TL;DR: A positive correlation was found to exist between Somatic Embryogenesis enhancement and decrease in endogenous free PA levels when the media was supplemented with exogenous PAs.
Abstract: The effects of exogenous polyamines (PAs) on enhancement of somatic embryogenic calli was investigated in Momordicacharantia L. in vitro. Induction of somatic embryogenesis (SE) in leaf explants of M. charantia after 21 days of culture in Murashige and Skoog (MS) medium was determined using scanning electron microscopy. During induction of SE there were high titers of Putrescine (Put) as compared to Spermidine (Spd) and Spermine (Spm), a prerequisite for cell division. Addition of PAs to the embryogenic media resulted in an increase in fresh weights and number of somatic embryos of 21-day old embryogenic calli. Put at a concentration of 1 mM showed maximum increase in fresh weights of embryogenic calli (5 fold) and number of somatic embryos produced per 0.2 g of callus (2.5 fold). Moreover addition of PAs to the embryogenic media resulted in lowering of endogenous free PA level of 21-day old embryogenic calli. Thus, when the media was supplemented with exogenous PAs a positive correlation was found to exist between Somatic Embryogenesis enhancement and decrease in endogenous free PA levels.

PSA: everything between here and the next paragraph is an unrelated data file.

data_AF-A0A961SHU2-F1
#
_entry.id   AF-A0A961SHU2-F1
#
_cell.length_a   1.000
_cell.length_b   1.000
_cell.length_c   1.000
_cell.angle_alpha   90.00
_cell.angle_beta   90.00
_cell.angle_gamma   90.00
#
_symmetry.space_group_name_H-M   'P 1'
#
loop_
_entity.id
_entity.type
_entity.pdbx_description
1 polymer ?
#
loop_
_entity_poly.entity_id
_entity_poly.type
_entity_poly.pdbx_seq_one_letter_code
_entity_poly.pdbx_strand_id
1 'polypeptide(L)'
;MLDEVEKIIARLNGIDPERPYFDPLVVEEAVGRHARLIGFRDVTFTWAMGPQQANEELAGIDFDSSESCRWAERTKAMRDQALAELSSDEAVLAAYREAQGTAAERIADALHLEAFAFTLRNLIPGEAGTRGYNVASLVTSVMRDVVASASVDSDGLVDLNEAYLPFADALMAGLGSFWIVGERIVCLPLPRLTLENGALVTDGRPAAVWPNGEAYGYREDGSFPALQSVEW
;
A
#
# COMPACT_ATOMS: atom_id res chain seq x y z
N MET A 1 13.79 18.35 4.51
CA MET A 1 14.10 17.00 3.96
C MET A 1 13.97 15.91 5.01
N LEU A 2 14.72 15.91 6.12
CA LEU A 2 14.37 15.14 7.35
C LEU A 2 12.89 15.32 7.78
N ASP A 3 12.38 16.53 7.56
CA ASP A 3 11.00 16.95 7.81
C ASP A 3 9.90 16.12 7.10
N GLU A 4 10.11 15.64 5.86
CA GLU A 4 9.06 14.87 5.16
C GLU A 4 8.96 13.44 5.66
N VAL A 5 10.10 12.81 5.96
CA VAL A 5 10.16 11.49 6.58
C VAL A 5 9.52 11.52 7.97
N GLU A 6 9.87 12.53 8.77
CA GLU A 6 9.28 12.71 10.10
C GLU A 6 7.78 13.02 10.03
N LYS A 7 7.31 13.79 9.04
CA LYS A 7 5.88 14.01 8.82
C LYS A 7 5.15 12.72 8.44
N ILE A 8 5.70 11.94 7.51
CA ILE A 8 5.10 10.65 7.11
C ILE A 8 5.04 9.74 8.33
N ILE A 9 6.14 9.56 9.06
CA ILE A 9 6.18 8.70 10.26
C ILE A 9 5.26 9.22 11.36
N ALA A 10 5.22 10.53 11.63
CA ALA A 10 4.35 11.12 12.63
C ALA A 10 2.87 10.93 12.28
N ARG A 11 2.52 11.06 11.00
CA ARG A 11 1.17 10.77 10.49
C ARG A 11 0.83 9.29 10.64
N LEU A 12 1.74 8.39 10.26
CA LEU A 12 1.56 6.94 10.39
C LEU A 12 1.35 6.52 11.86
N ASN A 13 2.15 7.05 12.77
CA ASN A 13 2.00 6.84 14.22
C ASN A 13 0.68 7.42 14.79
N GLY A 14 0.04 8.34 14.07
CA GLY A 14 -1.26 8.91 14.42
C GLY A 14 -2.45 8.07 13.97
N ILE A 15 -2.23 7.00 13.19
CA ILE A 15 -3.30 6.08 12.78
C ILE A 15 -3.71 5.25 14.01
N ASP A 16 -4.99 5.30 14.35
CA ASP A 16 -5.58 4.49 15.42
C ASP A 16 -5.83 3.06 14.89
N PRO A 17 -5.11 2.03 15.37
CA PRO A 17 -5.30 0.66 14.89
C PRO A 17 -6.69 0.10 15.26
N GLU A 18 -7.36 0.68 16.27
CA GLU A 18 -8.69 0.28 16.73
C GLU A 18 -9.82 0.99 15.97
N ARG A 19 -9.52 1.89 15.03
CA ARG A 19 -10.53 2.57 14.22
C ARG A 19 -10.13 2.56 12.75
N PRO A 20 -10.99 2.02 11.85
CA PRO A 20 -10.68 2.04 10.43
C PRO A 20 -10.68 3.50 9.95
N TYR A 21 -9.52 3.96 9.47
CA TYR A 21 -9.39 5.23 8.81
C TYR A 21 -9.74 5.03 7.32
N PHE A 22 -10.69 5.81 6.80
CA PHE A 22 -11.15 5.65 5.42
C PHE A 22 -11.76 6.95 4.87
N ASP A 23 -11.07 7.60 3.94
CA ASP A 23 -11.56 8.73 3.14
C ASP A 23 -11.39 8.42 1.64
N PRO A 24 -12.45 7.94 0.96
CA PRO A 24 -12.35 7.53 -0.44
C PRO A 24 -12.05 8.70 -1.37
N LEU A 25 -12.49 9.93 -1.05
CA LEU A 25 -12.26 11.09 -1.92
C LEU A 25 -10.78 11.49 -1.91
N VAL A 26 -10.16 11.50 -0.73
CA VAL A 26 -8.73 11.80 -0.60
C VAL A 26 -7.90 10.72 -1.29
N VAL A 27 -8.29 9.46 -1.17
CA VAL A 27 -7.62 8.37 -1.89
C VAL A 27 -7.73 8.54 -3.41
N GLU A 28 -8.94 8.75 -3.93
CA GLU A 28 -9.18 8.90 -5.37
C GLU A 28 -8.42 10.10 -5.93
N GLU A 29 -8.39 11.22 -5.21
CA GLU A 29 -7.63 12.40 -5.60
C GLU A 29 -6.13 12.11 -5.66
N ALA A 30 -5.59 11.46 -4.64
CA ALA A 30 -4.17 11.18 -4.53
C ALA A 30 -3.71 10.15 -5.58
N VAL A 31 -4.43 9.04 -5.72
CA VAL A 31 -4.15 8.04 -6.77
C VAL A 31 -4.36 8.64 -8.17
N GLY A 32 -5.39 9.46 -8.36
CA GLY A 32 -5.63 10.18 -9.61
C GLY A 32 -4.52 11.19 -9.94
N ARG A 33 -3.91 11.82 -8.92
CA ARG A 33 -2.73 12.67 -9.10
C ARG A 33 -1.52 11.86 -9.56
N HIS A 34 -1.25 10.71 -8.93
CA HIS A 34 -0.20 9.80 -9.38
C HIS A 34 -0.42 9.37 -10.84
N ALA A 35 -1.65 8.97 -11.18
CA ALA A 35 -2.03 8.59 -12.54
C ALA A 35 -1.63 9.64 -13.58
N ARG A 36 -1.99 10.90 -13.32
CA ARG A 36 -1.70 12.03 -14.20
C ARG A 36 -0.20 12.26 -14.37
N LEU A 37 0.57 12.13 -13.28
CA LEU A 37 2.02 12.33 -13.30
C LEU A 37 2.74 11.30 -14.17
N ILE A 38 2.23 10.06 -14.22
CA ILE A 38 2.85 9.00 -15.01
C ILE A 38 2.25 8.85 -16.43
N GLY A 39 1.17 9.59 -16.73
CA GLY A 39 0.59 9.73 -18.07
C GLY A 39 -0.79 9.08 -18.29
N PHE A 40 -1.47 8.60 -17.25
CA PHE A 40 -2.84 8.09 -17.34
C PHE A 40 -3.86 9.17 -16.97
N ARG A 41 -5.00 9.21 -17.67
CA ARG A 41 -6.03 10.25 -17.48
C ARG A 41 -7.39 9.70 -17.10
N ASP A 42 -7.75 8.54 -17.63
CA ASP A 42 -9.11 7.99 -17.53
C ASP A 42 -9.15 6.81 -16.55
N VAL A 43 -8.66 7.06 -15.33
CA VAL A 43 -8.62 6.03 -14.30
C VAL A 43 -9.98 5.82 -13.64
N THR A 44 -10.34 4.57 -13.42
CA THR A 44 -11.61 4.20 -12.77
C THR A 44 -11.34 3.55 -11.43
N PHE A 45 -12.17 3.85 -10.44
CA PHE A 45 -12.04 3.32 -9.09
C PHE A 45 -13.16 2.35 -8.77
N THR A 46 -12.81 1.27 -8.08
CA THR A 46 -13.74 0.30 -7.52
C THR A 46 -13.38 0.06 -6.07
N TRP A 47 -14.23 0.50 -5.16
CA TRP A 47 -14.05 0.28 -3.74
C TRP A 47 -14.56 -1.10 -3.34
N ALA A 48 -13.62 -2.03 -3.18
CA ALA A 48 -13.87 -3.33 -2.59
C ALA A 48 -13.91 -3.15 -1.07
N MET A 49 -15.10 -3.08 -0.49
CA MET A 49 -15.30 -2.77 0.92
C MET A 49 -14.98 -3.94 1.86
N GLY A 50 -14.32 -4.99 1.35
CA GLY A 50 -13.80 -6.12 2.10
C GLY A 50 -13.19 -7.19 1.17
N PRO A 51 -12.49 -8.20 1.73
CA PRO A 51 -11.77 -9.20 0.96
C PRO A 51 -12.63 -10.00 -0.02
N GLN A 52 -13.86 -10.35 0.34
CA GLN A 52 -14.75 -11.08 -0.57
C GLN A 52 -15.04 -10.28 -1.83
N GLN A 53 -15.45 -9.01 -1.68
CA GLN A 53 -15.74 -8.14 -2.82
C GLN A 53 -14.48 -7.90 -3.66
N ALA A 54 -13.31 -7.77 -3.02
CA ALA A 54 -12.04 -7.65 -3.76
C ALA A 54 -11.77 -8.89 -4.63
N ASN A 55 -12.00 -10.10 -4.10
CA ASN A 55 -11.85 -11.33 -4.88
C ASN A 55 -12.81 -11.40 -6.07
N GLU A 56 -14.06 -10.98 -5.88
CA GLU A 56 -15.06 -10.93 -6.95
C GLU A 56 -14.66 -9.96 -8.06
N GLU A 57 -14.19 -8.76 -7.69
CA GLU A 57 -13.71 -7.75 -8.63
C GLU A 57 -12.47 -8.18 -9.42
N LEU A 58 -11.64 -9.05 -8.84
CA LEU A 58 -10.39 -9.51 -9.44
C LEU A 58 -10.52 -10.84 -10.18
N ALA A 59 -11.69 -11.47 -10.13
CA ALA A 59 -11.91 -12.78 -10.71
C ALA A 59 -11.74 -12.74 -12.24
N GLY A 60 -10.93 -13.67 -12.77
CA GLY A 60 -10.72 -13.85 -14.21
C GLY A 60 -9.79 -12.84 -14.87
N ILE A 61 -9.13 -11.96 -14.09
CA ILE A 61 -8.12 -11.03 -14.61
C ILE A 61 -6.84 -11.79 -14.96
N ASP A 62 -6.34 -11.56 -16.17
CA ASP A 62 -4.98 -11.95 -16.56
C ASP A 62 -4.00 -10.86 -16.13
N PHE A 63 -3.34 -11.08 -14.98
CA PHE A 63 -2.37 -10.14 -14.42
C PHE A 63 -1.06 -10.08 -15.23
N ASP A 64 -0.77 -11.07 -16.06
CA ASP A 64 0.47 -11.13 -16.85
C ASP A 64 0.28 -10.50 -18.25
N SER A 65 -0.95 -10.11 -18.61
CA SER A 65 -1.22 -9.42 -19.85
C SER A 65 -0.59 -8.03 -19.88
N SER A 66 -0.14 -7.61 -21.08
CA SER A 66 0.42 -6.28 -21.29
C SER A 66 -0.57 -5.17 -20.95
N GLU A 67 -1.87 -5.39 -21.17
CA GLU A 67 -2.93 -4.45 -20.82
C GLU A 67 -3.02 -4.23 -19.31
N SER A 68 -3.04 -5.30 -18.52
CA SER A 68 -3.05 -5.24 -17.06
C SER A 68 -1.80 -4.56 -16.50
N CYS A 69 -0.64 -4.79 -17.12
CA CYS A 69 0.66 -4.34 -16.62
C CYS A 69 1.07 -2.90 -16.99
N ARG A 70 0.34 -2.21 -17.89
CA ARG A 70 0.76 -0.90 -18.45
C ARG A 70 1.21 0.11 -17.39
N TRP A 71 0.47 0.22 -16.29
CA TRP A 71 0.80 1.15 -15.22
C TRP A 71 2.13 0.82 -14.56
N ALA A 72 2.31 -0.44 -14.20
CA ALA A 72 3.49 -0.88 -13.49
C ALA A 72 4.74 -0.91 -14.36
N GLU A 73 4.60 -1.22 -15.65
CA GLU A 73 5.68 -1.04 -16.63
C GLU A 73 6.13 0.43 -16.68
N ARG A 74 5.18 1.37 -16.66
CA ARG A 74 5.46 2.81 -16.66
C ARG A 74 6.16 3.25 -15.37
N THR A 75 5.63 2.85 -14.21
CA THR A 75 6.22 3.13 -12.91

46 citations


Journal ArticleDOI
TL;DR: Accumulation of polyphenols in callus culture of P. ovata is reported, which could be applied to isolation ofpolyphenols for various beneficial purposes and enhancement in the production of several polyphenol and also an increase in antioxidant activity in the additive-treated callus.
Abstract: BACKGROUND Plantago ovata, commonly called psyllium, is known to be a rich source of polyphenolic compounds. The present study was aimed at determining polyphenol content and studying their antioxidant activities in P. ovata during in vitro callus culture. An attempt was also made to enhance polyphenol content using external additives. The role of PAL gene in polyphenol accumulation was also studied. RESULTS The study indicated the presence of significant amounts of polyphenols, including flavonoids, in P. ovata callus. A gradual increase in polyphenol and flavonoid content was observed up to the third passage (63 days) of callus culture, which declined at the next passage. The third-passage callus showed highest antioxidant activity. High-performance liquid chromatographic results indicated the presence of high amounts of gallic acid and rutin in P. ovata calli; however, other polyphenols were also present but to a lesser extent. Additive supplementation was effective in enhancing polyphenol production and in increasing antioxidant activity in P. ovata callus. CONCLUSION The present research reported accumulation of polyphenols in callus culture of P. ovata, which could be applied to isolation of polyphenols for various beneficial purposes. It also indicated enhancement in the production of several polyphenols and also an increase in antioxidant activity in the additive-treated callus. © 2015 Society of Chemical Industry